Though we often associate posttraumatic stress disorder (PTSD) with male combat soldiers, the disorder affects nearly twice as many women as men. PTSD occurs at an exceptionally high rate — 26 to 52 percent –in women who experienced physical or sexual abuse during their childhoods. Little research has been devoted to developing a treatment regimen for this specific subset of PTSD patients–until now. A new study found that emotional skills training followed by exposure therapy improved PTSD symptoms for women suffering from PTSD better than other therapeutic methods.
The researchers recruited 104 women with child abuse-related PTSD to participate in the study. The subjects were divided into three groups. One group of 33 women received skills training followed by exposure therapy. A second group comprised of 38 women enrolled in skills training followed by support therapy. Meanwhile, a third group of 33 women received support therapy followed by exposure therapy.
Each treatment consisted of 16 weekly therapy sessions. The emotional skill sessions focused on teaching the women social coping and emotional regulation skills. Whereas the exposure therapy sessions focused on helping the women confront their traumatic childhood memories, and remembering them rather then avoiding the memories. The researchers measured the success of each therapy type with the Clinician-Administered PTSD Scale immediately following treatment, three months after treatment, and again six months after treatment.
The results showed that following emotional skills training with exposure therapy achieved the highest rate of long-term remission of PTSD symptoms. Twenty-seven percent of the patients from this group no longer met the diagnostic criteria for PTSD six months after the treatment, compared to 13 percent of the skills training/support therapy group and none of the support therapy/exposure therapy group.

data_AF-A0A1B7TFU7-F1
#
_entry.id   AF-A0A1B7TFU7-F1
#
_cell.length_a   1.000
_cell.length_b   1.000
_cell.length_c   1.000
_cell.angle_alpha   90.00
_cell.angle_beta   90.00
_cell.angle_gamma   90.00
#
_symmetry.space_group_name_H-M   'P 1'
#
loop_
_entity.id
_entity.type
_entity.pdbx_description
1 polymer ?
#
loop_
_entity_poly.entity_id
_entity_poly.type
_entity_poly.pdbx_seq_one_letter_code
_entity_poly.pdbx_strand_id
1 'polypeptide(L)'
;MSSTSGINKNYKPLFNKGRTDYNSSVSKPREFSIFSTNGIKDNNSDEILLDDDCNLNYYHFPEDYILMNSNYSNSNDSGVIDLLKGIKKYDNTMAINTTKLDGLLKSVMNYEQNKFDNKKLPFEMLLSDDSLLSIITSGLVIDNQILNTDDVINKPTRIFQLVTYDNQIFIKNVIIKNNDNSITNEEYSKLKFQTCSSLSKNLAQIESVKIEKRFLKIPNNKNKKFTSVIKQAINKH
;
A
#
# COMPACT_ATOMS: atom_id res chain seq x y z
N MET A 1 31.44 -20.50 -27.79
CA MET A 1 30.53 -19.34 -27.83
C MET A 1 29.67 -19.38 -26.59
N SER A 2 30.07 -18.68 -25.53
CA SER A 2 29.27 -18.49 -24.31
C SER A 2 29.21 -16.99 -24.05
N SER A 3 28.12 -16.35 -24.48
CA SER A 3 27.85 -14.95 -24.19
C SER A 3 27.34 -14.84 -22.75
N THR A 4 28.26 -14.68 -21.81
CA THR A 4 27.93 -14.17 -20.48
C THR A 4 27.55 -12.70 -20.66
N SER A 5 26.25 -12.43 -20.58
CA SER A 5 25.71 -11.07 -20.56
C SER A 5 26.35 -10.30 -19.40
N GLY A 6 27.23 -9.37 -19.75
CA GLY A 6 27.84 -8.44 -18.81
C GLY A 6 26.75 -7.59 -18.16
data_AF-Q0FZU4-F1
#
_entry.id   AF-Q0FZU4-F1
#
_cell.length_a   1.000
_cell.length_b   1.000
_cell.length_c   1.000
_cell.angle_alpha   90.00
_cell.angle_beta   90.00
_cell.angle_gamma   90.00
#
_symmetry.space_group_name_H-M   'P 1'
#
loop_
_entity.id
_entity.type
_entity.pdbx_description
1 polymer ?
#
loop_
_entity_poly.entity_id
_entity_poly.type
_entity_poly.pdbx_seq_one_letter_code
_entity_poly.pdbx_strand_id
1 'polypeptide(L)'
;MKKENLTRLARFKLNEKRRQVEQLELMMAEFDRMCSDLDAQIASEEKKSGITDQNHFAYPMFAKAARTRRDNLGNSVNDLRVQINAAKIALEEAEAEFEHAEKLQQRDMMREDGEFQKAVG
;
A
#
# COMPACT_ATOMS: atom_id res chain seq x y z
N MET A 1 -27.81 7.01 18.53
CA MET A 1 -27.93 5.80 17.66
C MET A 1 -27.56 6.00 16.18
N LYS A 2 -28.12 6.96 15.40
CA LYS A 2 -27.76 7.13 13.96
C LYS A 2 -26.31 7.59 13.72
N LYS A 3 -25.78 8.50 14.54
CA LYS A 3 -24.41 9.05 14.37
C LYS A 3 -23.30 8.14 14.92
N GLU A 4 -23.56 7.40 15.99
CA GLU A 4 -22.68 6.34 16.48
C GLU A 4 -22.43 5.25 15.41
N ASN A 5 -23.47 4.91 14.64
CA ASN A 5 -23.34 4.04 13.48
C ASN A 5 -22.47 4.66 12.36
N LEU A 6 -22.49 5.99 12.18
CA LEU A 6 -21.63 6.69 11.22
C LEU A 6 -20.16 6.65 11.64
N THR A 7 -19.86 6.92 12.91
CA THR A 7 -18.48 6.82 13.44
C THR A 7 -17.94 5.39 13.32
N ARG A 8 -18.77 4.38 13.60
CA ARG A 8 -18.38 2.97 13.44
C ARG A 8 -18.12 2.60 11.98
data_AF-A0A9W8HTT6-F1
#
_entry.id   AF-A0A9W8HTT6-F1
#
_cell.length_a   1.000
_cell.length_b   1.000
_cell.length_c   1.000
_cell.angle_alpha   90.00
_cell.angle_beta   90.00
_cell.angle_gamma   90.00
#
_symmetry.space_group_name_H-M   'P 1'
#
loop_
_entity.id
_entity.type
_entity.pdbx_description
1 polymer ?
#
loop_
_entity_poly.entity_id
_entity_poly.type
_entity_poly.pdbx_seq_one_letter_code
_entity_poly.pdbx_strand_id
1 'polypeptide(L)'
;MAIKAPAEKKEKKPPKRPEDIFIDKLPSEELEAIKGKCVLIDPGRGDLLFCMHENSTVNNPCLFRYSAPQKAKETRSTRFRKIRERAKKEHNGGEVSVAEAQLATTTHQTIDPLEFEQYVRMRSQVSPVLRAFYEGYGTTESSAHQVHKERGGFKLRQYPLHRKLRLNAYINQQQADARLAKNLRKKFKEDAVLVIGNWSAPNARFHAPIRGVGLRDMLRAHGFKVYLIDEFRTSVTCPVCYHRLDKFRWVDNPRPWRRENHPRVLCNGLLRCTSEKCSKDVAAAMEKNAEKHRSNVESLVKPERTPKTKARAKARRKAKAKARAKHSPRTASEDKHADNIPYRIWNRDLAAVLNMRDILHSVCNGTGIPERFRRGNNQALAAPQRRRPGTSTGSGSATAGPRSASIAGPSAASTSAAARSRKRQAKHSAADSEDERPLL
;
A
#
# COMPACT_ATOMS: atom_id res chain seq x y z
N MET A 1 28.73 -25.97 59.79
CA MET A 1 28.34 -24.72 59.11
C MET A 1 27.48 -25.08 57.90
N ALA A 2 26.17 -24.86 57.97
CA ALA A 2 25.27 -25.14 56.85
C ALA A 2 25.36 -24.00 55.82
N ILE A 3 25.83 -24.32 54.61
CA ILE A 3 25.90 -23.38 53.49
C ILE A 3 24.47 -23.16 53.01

One reason for such a low remission rate in the support/exposure group may have been that 39 percent of the subjects in that group dropped out of the study, which is consistent with previous studies on exposure therapy. Researchers speculate that facing traumatic memories is too difficult for many patients. The low dropout rate of 15 percent in the skills/exposure group seems to indicate that teaching the patients coping and emotional regulation skills beforehand makes them better able to deal with the process of facing their memories during exposure therapy.
If you or someone you know is a woman suffering from PTSD, this treatment may offer you significant relief from your symptoms. Enrolling in emotional skills training followed by exposure therapy may better enable you to label, identify, and manage your feelings, tolerate distress, and accept positive emotions. Additionally, EMDR therapy has been proven to help PTSD patients.